Numlock News: January 23, 2020 • Offshore, Impossible Burgers, Djibouti

By Walt Hickey

Emotional Support Animals

The Department of Transportation announced a plan to hike the eligibility requirements for what’s considered to be an emotional support animal for the purposes of flying. The new rules will slim the definition to dogs that have received training to perform tasks for a person with a disability, including dogs that are psychiatric service animals. According to the airline industry, the number of emotional support animals riding flights jumped from 481,000 in 2016 to 751,000 the following year, and the designation of “service animal” on unaccredited beasties has led to altercations and, at times, injuries. Airlines, which absolutely do not want to have to call the shots on what is and what isn’t “emotional support” but were also tiring of the menagerie in coach, are presumably delighted.

Lori Aratani, The Washington Post

Impossible

Burger King has seen sales slow down for the Impossible Whopper, and the chain will cut the price of the imitation meat burger amid the decline. The sandwich had been retailing for a suggested price of $5.59 per sandwich but now has been added to a two-for-$6 promotion as it. According to the largest franchisee in the U.S., sales had declined from 32 daily Impossible Whoppers sold per store to 28 sold per store per day, on average. The trend is heating up, though: McDonald’s is testing a fake meat burger in Canada and Sysco, the food distributor, is introducing a plant-based patty in the U.S. soon.

Leslie Patton and Deena Shanker, Bloomberg

Peacock

Comcast’s NBC Universal makes $11.8 billion from cable revenue annually, and the company — which, again, sells cable — is attempting to thread the needle of how one designs a viable, profitable streaming service without cannibalizing the main offering. That’s the mission behind Peacock, the NBC streaming service that will come out this year. The plan is a tiered strategy: One costs $0 per month, has 7,500 hours of programming on it, has ads, offers next-day streaming of NBC shows in their first season and has some movies and classic shows. The next tier up costs $5 per month with advertising, or $10 per month without, and contains 15,000 hours of programming, and full seasons of original programming, Olympics and sports coverage plus the whole library. That puts its offerings shy of the $15 per month HBO Max, with 10,000 hours of content, but ahead of Disney+, with 7,500 TV episodes, 500 movies at $7 per month.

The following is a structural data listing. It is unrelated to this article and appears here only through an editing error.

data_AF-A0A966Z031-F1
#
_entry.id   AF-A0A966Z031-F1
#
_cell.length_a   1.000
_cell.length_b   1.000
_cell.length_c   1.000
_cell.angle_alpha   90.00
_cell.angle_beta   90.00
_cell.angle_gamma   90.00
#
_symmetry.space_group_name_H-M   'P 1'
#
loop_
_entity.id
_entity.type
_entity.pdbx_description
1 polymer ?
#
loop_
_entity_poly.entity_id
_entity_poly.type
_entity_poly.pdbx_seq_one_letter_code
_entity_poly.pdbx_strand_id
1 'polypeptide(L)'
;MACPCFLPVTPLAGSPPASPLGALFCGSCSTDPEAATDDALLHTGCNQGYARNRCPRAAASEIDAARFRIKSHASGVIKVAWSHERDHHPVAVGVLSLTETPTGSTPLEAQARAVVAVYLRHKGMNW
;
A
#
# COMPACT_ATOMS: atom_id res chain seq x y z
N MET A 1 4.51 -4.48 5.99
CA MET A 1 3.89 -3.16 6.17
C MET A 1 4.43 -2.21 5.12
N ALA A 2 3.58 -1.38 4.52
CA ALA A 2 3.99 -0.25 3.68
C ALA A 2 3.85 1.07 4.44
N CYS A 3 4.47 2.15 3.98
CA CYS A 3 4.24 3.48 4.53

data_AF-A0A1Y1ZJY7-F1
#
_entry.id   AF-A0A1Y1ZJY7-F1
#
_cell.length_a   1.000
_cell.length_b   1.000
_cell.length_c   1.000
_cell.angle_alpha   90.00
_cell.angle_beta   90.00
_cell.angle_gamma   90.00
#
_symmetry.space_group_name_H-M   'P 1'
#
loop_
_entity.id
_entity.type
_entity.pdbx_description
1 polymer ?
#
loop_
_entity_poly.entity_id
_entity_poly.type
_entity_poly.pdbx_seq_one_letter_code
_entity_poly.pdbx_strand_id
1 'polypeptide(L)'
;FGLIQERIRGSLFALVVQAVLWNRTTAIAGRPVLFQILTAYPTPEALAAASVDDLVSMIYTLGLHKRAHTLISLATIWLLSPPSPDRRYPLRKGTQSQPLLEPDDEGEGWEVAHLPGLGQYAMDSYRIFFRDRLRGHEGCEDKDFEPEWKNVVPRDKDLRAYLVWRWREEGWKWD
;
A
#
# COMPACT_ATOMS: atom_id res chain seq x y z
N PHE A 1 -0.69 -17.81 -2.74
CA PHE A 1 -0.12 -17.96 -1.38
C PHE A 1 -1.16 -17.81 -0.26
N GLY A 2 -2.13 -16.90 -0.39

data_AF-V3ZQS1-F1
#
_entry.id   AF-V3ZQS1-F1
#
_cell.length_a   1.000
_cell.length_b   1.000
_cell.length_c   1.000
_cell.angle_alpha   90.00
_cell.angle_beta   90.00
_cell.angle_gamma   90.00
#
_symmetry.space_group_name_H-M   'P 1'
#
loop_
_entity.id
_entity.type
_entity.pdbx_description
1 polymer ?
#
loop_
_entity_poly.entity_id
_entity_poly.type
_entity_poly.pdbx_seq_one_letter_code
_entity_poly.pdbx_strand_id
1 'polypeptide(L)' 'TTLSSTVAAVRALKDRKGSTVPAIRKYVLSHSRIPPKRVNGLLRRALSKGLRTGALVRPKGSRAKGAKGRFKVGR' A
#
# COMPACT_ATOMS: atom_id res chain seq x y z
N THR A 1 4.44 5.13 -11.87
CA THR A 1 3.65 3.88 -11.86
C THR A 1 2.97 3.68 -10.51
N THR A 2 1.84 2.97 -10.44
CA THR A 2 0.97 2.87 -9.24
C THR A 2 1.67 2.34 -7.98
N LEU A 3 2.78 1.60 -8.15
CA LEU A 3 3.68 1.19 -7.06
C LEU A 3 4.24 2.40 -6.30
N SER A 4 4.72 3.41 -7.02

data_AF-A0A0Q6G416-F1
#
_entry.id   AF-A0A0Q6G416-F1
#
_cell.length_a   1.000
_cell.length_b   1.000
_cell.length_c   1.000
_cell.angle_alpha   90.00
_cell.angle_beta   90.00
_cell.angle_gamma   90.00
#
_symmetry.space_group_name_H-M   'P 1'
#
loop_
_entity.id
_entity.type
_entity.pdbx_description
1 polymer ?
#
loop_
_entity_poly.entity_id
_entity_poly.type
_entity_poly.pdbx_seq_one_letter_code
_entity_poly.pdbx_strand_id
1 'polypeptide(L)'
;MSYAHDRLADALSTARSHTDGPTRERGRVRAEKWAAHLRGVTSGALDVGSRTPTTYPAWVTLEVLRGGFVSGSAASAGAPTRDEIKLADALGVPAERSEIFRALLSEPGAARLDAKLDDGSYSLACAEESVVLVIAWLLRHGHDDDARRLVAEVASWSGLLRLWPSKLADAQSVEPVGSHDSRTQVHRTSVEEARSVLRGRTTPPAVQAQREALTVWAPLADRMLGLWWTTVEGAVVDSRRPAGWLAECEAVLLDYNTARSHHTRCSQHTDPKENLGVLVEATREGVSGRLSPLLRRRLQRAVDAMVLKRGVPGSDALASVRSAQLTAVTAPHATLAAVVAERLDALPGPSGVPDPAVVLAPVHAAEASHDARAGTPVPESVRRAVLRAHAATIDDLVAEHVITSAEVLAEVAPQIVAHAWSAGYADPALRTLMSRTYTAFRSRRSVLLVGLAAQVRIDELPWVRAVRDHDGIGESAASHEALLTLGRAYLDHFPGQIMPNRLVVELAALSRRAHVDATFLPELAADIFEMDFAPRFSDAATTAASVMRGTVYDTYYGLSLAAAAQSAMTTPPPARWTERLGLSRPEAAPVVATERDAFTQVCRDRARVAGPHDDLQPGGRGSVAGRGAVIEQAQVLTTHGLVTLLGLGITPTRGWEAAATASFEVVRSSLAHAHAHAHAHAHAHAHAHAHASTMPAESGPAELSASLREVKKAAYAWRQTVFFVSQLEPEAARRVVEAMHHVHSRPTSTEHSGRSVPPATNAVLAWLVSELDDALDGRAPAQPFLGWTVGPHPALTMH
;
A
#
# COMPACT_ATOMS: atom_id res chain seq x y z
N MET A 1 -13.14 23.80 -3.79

Natalie Jarvey, The Hollywood Reporter

No Will

The billionaire founder of the fifth-largest conglomerate in South Korea died over the weekend at 97. Not only did he pass without establishing which of his two sons would succeed him, he also died without a will. Follow this: The younger brother, Shin Dong-bin, owns 11.7 percent of Lotte Corp directly and, when accounting for companies he controls, 21.2 percent. If the elder son, Dong-joo, were to inherit his father’s shares and then spent all his cash buying the rest, he’d have 19.07 percent. However, 11.1 percent in Lotte is held by Hotel Lotte. That’s crucial because 28 percent of that hotel’s stock is held by an employee union, which — if Dong-joo manages to win them over, and convince them to throw their weight behind him — could keep him in the mix for control of the company.

Shuli Ren, Bloomberg

Fish

There are about 200 species of freshwater megafauna, enormous catfish and aquatic creatures that roam rivers. This includes massive stingrays and 600 pound catfishes. New research shows how at-risk these enormous animals are, as a new paper says the population of freshwater megafauna was down 88 percent between 1970 and 2012. That included a 94 percent decline in fish megafauna, and Southern China and South Asia saw a wipeout: a 99 percent decline in freshwater megafauna fish.

Rachel Nuwer, New York Times

Trade

Djibouti has the largest and best-equipped port on the East Africa coastline, the Doraleh terminal. In 2004, DP World (a Dubai-based port owner) signed a 25-year deal to operate the terminal and own a third of it, but two years ago Djibouti nationalized the port, took control, forced DP World out and went into business with China Merchants Ports Holdings. There’s been an ongoing suit about that, but what’s at stake is access to one of the most important trade routes in the world. The Horn of Africa is strategically important to access the Red Sea — about 12 percent of all seaborne trade passes through en route to the Suez Canal — and Djibouti is home to both U.S. and Chinese military installations.

Costas Paris, The Wall Street Journal

Offshore

The IRS and Microsoft are locked in legal combat over the company’s ambitious tax minimization strategy. In 1989, Microsoft opened a CD manufacturing facility in Humacao, Puerto Rico, which opened as a result of a tax break due to expire in 2005. In 2004, the company was convinced by KPMG to double down: Puerto Rico has an autonomous tax system despite being a U.S. territory, and Microsoft convinced Puerto Rico to grant them a tax rate near 0 percent. That’s when things really got going: Microsoft sold their intellectual property to the subsidiary, and routed the North American profits to them, rather than being in the U.S. where they’d face a 35 percent tax. In 2006, Microsoft had stashed $1 billion offshore. By 2017, that had accumulated to $140 billion.

Paul Kiel, ProPublica

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